LAKE BERRYESSA — Lake Berryessa is poised to begin another summer tourist season, even as the U.S. Bureau of Reclamation for a second time launches an attempt to dramatically transform lake recreation.
What’s left for now is a stripped-down version of lake offerings. Two of the seven resorts – Pleasure Cove Marina and Markley Cove Marina – are at full strength, with three others offering camping and other limited services and two closed. A federal boat launch and day use areas remain open.
It’s Lake Berryessa Lite for another summer. It will remain that way for at least a few summers more, even as Congress debates whether to transfer the Berryessa resort renovation efforts from the Bureau of Reclamation to the Bureau of Land Management.
Lake Berryessa in Napa County is more than a huge reservoir that provides water almost exclusively to Solano County farms and cities. It is also a major regional recreation area for fishing, boating, swimming and relaxation in general.
The U.S. Bureau of Reclamation four years ago leveled five of the seven resorts operated by private concessionaires on federal land, basically creating blank canvasses on which to create something new. It signed a contract with Arizona-based Pensus to build campsites, RV sites, marinas, hotels, a spa, a conference center and other amenities on the vacant land.
But, unsatisfied with the progress being made, the Bureau of Reclamation terminated the Pensus contract in December 2012. Now it is once again trying to re-imagine what Lake Berryessa can be.
The latest timeline calls for awarding contracts to concessionaires for some if not all of the five closed or stripped-down resorts in 2016, with construction starting shortly thereafter and reborn resorts opening in 2017.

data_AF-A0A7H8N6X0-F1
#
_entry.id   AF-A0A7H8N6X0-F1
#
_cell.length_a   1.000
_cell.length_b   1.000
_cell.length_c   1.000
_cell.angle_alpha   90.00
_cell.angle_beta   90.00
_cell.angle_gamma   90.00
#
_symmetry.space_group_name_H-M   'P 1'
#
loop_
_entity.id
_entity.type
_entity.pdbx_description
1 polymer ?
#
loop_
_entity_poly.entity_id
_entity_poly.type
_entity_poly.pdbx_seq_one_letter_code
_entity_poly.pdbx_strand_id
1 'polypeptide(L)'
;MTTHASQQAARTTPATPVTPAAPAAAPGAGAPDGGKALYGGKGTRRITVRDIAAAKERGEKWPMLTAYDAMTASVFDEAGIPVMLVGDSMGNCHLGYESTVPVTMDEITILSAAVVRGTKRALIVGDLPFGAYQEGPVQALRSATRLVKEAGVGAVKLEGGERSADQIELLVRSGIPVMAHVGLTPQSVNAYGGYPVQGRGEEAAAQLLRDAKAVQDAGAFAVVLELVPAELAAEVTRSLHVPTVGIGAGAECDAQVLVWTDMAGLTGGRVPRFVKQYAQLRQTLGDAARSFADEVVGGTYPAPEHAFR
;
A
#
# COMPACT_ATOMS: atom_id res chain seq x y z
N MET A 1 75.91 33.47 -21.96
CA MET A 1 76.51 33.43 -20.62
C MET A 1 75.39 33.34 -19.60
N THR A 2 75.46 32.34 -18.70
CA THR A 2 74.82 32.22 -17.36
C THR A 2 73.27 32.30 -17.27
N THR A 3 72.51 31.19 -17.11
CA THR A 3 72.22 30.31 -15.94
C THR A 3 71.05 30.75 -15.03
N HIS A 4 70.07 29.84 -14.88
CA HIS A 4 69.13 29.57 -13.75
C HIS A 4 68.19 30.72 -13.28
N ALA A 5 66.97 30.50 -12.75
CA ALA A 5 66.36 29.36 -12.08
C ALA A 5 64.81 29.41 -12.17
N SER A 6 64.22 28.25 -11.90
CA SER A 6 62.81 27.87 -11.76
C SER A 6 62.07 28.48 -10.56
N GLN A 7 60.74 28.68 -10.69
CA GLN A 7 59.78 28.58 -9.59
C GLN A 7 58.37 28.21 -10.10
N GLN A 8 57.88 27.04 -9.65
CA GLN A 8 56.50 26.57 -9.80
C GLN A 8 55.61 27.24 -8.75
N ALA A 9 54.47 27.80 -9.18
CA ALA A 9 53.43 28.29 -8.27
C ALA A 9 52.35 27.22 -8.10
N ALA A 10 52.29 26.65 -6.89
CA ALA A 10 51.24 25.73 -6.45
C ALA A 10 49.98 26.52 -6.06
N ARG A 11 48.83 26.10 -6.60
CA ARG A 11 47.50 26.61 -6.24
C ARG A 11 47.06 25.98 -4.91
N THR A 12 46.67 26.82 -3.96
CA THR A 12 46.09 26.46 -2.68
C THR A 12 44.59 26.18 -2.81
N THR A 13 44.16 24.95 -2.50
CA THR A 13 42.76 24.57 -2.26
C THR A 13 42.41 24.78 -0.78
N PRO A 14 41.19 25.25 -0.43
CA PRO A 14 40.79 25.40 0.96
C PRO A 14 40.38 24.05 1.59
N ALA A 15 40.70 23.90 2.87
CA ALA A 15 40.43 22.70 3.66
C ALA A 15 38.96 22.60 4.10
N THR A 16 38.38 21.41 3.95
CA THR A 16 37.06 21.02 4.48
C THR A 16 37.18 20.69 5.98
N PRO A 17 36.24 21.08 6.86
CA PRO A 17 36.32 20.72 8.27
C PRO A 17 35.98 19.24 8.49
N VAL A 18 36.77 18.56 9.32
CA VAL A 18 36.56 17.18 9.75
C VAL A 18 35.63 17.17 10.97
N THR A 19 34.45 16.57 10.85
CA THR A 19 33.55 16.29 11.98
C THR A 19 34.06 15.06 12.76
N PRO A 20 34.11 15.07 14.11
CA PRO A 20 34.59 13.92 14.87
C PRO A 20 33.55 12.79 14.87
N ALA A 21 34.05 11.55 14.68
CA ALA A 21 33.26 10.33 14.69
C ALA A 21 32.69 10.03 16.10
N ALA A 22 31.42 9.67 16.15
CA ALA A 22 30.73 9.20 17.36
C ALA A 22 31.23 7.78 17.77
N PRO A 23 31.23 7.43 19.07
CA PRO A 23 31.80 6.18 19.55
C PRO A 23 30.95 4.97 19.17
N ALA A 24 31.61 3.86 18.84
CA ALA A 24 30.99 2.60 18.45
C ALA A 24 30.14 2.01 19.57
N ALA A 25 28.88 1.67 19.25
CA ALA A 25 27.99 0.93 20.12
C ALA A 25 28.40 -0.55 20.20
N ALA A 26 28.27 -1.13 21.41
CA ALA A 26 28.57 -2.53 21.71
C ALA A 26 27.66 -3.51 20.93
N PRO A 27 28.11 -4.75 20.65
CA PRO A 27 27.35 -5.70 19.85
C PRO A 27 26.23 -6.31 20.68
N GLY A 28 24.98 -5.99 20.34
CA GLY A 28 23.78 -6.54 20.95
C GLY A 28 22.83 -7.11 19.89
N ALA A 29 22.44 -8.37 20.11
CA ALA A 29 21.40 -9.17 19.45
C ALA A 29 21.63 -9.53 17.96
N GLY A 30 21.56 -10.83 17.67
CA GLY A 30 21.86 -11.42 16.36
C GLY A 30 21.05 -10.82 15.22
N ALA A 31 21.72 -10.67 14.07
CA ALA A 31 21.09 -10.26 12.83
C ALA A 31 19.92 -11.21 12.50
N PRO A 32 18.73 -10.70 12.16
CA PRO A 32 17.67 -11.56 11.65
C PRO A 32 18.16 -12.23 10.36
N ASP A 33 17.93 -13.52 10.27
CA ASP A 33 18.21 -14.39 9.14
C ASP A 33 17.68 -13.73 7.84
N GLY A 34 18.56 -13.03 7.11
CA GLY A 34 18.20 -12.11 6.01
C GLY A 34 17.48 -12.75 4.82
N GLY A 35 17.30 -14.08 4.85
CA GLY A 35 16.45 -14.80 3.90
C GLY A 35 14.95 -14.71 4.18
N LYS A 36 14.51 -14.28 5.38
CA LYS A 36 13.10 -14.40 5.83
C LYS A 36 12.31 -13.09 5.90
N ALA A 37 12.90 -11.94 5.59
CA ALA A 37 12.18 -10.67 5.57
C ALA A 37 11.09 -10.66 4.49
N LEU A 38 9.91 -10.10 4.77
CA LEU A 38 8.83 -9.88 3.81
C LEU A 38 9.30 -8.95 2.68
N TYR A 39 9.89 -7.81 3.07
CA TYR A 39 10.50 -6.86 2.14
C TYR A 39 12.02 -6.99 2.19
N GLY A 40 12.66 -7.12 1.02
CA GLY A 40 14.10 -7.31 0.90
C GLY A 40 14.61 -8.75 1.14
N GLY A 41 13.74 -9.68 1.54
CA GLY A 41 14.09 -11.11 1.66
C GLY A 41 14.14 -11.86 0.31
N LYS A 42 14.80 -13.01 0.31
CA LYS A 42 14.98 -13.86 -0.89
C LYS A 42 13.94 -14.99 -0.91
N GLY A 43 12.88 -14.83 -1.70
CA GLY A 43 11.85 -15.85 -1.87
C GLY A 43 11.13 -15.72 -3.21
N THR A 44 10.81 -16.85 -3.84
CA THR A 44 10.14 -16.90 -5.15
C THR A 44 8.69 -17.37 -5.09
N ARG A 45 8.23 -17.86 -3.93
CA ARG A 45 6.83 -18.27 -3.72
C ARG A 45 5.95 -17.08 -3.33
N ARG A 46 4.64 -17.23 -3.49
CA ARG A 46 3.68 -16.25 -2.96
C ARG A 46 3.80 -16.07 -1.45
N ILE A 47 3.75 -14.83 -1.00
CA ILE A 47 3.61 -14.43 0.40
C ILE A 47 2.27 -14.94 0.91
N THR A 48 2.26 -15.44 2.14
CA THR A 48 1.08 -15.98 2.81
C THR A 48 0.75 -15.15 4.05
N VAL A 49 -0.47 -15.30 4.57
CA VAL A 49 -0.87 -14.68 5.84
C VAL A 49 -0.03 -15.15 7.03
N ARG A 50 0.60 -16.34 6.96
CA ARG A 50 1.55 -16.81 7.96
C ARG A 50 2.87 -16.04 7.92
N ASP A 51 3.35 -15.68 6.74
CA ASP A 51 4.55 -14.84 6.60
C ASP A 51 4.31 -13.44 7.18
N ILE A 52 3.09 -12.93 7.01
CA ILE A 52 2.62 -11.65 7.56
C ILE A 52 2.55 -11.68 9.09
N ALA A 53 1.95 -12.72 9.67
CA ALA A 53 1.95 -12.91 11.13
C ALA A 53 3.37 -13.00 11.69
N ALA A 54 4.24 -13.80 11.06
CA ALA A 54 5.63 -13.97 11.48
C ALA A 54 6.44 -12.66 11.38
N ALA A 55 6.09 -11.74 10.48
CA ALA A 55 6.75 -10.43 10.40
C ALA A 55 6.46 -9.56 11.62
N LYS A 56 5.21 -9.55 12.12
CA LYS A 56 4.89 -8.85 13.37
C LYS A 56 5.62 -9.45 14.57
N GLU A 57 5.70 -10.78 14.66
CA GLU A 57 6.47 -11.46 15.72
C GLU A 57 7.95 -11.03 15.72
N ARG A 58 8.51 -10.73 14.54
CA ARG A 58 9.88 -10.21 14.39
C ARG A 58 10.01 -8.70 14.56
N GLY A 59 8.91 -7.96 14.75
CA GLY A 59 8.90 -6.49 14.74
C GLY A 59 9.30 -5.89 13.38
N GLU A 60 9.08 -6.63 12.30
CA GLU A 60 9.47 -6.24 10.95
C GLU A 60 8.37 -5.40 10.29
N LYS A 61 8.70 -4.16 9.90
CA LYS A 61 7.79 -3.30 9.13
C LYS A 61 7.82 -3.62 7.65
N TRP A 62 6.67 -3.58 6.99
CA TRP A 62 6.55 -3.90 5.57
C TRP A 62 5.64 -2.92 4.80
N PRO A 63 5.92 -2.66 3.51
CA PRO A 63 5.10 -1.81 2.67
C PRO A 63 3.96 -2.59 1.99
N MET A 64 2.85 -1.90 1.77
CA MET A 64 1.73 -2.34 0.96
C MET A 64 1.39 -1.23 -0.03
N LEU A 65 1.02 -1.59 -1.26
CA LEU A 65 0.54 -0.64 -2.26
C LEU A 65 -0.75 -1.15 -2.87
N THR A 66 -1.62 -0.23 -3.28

During the previous resort redevelopment attempts, some people complained that too much planning happened without public input, even as the lake economy plummeted. This time, the Bureau of Reclamation is conducting community forums every few months.
The latest forum happened Wednesday at the Berryessa senior center. About 40 people attended, from Bureau of Reclamation officials to lake residents and lake business people.
Jeff Laird, the bureau’s Lake Berryessa park manager, talked about the offerings at the three stripped-down resorts with temporary concessionaires – Spanish Flat, Steele Canyon and Putah Canyon recreation areas.
Steele Canyon and Putah Canyon have camping, day use and boat launching. Spanish Flat has camping and day use.
The Bureau of Reclamation recently installed new picnic tables, fire rings and barbecues at the three resorts, Laird said. It installed vault toilets. It brought in docks to Steel Canyon and Putah Canyon that Laird said are more stable and safer than what had been there previously.
Next on the list is trying to bring water to the stripped-down resorts. Laird said work will begin on a Steele Canyon water hookup in June.
“It’s still a major issue,” Craig Morton, president of the Lake Berryessa Chamber of Commerce, told him. “Most people want water.”
Morton runs a pest control business and lives at the lake. He pointed out the two resorts at full strength – Markley Cove and Pleasure Cove – are on the east side of the lake. The west side has the stripped-down resorts without the marinas, shops and other offerings that they had before the renovation effort began.
Linda Frazier of Markley Cove Marina told the group that her resort has rented out all of its marina slips and has a waiting list with 150 people on it.